Thirdly, in addition to the trade-labour linkages at the international level, the linkage at domestic level appears to be in full swing. In particular, import restrictions on products made by forced labour during product production process are becoming visible, especially in the U.S. and EU. The Uyghur Forced Labor Prevention Act or “UFLPA”, which went into effect on June 21, 2022 in the U.S., is the most obvious example. The UFLPA provides for (ⅰ) import prohibition of goods made by forced labour and (ⅱ) sanctions against individuals and businesses related to the use of forced labour in Xinjiang Uyghur Autonomous Region (XUAR), China. Under the rebuttable presumption under the UFLPA, it has been reported that a considerable amount of imports from XUAR have currently been withheld because importers could not demonstrate that the product at hand was not produced in XUAR nor otherwise using forced labour. According to the UFLPA Enforcement Strategy published on June 17, 2022, polysilicon, cotton, tomatoes, and apparel products were designated as 'high-priority sectors for enforcement' and are receiving the most strict import restrictions. Further, since its implementation, a number of enforcement cases have been confirmed on other sectors including electronics, agricultural products (other than tomatoes and tomatoe products), pharmaceuticals, and base metals. It is expected that CBP will continue to expand UFLPA enforcement and eventually require supply chain tracking for a wider range of products.
In a similar vein, the European Commission announced on September 14, 2022 the Proposal for a Regulation on prohibiting products made with forced labour on the Union market. The proposal prohibits the placing on the EU market of products made with forced labour as well as their export from the EU. Unlike the UFLPA, the EU proposal does not explicitly refers to XUAR or China, but are designed to be universally applicable to all products regardless of country of origin (even including EU member states within its internal market). It is expected that the U.S, and EU will develop a consistent trend to make stricter labour standard compliance mandatory for the entire supply chain of products.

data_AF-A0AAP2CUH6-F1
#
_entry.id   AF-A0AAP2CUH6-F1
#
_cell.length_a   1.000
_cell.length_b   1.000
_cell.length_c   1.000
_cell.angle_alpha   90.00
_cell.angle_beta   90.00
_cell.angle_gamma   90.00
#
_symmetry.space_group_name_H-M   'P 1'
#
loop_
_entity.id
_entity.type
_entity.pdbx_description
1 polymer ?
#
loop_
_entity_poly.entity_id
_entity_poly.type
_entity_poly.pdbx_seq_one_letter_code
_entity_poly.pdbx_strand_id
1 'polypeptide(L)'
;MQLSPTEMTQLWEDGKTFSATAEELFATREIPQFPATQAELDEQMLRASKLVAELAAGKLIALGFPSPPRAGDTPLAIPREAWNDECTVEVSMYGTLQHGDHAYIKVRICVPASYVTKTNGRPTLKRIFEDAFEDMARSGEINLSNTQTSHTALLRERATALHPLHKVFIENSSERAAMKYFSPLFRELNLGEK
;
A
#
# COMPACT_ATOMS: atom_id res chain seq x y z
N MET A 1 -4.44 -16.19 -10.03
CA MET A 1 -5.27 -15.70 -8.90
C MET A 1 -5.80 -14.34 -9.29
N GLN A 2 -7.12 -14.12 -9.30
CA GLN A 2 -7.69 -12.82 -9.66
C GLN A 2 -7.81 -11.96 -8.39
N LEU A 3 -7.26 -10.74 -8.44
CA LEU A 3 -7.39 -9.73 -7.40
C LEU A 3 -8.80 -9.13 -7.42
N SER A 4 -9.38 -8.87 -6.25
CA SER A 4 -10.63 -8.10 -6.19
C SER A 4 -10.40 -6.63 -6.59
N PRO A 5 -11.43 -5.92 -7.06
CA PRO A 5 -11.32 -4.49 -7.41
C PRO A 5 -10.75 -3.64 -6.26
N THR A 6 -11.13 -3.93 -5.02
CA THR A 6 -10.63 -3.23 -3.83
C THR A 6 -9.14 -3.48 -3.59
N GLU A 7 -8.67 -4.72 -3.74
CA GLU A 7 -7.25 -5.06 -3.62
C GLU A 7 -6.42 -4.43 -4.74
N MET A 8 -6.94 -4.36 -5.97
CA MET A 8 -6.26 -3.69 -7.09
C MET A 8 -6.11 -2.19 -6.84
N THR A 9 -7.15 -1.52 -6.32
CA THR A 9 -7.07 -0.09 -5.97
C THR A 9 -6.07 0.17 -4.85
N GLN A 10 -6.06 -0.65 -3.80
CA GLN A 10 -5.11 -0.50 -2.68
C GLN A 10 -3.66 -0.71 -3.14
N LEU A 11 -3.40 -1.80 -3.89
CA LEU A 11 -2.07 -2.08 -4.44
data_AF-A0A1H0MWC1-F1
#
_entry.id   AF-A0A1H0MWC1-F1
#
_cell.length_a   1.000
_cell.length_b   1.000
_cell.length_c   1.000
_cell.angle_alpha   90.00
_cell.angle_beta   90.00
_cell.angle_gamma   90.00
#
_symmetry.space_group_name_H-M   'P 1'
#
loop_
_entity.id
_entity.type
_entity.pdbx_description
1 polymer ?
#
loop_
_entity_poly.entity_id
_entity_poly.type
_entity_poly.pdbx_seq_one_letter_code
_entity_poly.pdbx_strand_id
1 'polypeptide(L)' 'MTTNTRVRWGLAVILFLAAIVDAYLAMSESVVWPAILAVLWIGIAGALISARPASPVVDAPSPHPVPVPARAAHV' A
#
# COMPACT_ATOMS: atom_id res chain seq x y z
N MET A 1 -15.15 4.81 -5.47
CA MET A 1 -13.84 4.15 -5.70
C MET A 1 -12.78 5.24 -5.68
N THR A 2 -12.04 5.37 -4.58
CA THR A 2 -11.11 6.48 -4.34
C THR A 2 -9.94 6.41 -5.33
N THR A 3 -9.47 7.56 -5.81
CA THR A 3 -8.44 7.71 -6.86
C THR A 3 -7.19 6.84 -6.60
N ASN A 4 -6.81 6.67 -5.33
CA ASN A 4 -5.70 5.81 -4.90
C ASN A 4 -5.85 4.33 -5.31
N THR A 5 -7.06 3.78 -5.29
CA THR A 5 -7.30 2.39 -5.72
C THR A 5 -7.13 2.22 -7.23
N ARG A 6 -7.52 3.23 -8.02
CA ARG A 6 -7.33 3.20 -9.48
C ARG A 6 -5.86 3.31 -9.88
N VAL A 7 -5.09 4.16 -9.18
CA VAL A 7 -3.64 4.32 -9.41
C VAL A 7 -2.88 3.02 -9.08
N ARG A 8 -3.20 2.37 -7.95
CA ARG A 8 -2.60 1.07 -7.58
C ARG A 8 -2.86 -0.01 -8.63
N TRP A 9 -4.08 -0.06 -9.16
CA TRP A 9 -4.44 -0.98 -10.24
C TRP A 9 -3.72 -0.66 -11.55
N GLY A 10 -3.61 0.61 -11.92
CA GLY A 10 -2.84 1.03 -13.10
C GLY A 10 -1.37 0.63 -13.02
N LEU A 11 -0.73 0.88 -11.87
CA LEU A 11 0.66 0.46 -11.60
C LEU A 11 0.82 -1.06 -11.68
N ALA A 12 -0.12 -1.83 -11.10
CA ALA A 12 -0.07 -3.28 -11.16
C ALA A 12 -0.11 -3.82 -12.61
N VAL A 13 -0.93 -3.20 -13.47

Based on the analysis above, this study advises that the Korean government identify trade and labour-related concerns raised or likely to be raised by other trading partners and rationales behind it, and to assess possibility of such concerns to become a formal trade disputes filed against Korea through FTA dispute settlement mechanisms. It is important to take such assessments into consideration when preparing future negotiation strategies for FTA/IPEF labour standards. Also, clarifying the scope, legal nature, and meaning of each FTA labour standard would be a meaningful task to secure legal stability and predictability, and to prevent trade disputes related to FTA labour obligations.
It is also necessary to prepare for the possibility that FTA labour standards may act as regulatory barriers to Korean companies that are established in the third countries and produce and export goods to the U.S. For instance, the IPEF can have significant implications because many ASEAN countries such as Vietnam, Thailand, the Philippines, Indonesia, and Malaysia are participating in the Pillar 1 negotiation.
For the IPEF negotiations, since market access is not a subject of negotiation in IPEF, it is necessary to think about what can be presented as a carrot to the stick of strict labour standards. If the IPEF includes an enforcement mechanism, such an enforcement mechanism should largely be based on either incentives or penalties for compliance and breaches of labour standards.
Lastly, it is necessary to be take caution in introducing laws and systems for regulatory measures that link labour standards and supply chains, such as measures to prohibit imports made by forced labour. To prepare for labour standards and supply chain-linked regulatory measures and minimize the adverse impacts, this study advises that the Korean government consider establishment of a single response system that can jointly respond at the national level to such regulations.